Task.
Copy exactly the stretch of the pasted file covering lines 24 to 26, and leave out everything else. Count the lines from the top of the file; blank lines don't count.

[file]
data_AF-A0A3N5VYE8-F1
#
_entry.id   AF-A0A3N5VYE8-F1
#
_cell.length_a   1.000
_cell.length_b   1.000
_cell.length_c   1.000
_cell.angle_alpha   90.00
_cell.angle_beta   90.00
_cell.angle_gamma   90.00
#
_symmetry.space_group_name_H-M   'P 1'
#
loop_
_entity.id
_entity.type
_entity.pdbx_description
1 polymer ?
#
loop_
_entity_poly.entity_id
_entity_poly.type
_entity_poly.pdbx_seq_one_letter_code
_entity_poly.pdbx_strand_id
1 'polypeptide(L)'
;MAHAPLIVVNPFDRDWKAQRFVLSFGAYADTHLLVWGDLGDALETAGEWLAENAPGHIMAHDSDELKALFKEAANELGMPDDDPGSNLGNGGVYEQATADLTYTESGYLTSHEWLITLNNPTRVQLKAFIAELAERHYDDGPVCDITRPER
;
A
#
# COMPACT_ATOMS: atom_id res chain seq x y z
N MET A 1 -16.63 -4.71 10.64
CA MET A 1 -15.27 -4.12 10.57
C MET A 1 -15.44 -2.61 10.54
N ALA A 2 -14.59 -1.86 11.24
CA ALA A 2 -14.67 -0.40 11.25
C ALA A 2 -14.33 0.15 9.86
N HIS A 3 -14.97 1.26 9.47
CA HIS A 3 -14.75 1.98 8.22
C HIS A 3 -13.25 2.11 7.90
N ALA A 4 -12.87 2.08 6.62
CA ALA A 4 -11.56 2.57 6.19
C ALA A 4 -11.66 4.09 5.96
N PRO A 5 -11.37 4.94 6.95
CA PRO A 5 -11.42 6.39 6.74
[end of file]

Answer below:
_entity_poly.pdbx_strand_id
1 'polypeptide(L)'
;MAHAPLIVVNPFDRDWKAQRFVLSFGAYADTHLLVWGDLGDALETAGEWLAENAPGHIMAHDSDELKALFKEAANELGMPDDDPGSNLGNGGVYEQATADLTYTESGYLTSHEWLITLNNPTRVQLKAFIAELAERHYDDGPVCDITRPER